The loco is on no. 2 Yard line (which leads to sidings 7-14 of the marshalling sidings). Behind are no. 1 Yard line, Up Third Line, Up & Down goods lines to no. 7 signal box on the NER, Up & Down Goods lines to no. 10 Bog Junction Signal Box (on the joint goods lines) Up & Down Goods lines to Crown Street Goods and beyond all those the Up & Down Main lines to Citadel station. The signals are the Down Home signals for Sorting Sidings signal box which controlled the connections in the lines to no. 7 signal box.

    It is stated in the Lancaster & Carliesle WTT for Feb 1914 that these lines were worked with the NER company's Permissive Block instruments. However the RCH junction diagrams show that these lines were owned by the LNWR right up to no. 7 signal box on the NER line to Newcastle. Possibly Sorting Sidings was an NER installation, which would explain the non-LNWR signals?

    Alternatively, they may be LNWR signals which do not "look right" when viewed from this angle. These lines were re-designated as Through Sidings between 1935 and 1937, according to the LMS Appendices and Supplements. Sorting Sidings Signal Box is shown on the 1924 map but not the 1938 one, although the signals are still shown in 1938, and I suspect it was replaced by a ground frame at this time.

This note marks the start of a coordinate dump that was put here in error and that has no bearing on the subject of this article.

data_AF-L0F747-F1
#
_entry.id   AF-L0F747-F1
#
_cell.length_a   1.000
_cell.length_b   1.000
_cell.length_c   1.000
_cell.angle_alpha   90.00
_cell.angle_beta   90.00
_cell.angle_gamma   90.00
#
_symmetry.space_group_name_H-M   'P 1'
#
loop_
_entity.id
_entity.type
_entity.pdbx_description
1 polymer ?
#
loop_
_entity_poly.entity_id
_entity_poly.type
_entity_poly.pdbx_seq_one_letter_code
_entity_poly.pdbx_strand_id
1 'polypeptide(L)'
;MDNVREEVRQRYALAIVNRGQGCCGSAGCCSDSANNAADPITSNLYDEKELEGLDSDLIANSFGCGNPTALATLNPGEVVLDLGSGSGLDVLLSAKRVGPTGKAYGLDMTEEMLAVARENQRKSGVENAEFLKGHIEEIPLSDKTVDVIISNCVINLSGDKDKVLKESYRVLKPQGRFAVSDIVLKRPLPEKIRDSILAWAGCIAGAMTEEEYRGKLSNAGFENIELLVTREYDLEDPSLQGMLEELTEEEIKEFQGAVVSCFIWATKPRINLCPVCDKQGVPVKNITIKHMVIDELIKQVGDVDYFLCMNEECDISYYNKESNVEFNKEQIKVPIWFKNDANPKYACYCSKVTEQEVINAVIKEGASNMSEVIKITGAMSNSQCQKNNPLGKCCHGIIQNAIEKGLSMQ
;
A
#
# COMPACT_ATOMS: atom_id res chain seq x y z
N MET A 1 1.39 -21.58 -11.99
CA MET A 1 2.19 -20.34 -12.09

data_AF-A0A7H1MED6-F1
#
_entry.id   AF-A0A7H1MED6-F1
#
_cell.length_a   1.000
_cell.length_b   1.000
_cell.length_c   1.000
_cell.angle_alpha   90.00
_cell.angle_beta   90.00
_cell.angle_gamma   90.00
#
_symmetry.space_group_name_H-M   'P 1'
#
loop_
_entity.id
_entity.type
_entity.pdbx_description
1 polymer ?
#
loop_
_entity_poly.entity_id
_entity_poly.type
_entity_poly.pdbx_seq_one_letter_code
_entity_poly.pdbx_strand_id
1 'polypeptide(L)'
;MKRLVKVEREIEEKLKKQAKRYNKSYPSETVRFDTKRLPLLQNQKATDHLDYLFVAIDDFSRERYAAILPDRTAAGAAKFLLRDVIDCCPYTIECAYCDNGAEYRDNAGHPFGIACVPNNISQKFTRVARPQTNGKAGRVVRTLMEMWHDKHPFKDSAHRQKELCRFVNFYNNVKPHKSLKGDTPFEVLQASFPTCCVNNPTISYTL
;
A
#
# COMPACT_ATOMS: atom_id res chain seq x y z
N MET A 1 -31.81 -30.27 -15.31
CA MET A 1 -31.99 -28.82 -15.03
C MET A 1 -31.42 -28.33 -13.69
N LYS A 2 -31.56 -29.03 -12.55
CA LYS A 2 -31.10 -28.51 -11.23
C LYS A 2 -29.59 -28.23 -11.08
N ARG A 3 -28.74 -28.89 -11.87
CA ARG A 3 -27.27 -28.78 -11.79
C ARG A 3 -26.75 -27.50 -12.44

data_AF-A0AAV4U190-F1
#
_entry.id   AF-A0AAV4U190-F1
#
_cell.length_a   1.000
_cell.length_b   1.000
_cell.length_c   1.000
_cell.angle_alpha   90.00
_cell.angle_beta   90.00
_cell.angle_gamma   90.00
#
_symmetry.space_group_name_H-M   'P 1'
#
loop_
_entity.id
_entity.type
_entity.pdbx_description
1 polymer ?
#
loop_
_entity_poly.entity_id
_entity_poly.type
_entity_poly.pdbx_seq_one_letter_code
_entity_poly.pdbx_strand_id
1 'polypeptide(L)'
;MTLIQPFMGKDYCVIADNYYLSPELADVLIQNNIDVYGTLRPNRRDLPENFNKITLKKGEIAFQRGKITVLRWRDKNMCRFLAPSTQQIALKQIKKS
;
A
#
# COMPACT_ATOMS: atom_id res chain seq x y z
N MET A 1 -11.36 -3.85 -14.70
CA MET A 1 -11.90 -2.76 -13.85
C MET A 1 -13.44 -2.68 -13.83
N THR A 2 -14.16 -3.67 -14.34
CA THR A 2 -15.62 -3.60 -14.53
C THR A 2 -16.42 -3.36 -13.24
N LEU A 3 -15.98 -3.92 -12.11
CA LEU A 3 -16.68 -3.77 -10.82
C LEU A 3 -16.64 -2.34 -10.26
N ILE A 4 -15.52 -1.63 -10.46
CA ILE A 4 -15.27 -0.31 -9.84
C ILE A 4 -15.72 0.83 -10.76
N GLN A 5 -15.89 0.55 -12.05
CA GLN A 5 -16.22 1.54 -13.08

There was another signal box called Elevated Box which was just beyond the footbridge and out of shot to the right. I believe this controlled the points of Sorting Sidings 1 to 14, but didn't have any signals. In other words, it was really just a glorified ground frame. This is also shown in the February 1914 WTT but not in the 1931 Appendix, or any later one, so I presume it was abolished round this time. As far as I know, no photos exist of this signal box or of Sorting Sidings Signal Box.

    So everything in the photo seems to fit the available evidence. Upperby Loco was behind the camera. Is there any evidence of this engine being allocated to Upperby round this time?

    The 1898 photo in the link is taken from a point a couple of hundred yards further south, very close to no. 12 signal box. The signals are the Up Homes for that signal box, to Up Main and Up Goods. They are LNWR standard 1876 signals, as described in chapter 3 of LNWR Signalling. They were almost certainly installed in 1877 when the goods lines were opened and the area re-signalled. They would probably have been worn out and replaced by more modern ones by 1920.

    Ted Talbot — 22-Jun-2013 8.16 AM

    Regarding painting at Crewe Works, after the initial enthusiasm for repainting engines in LMS colours, the situation changed drastically due to the onset of severe recession and the need to reduce costs, and then due to the re-organisation of Crewe Works.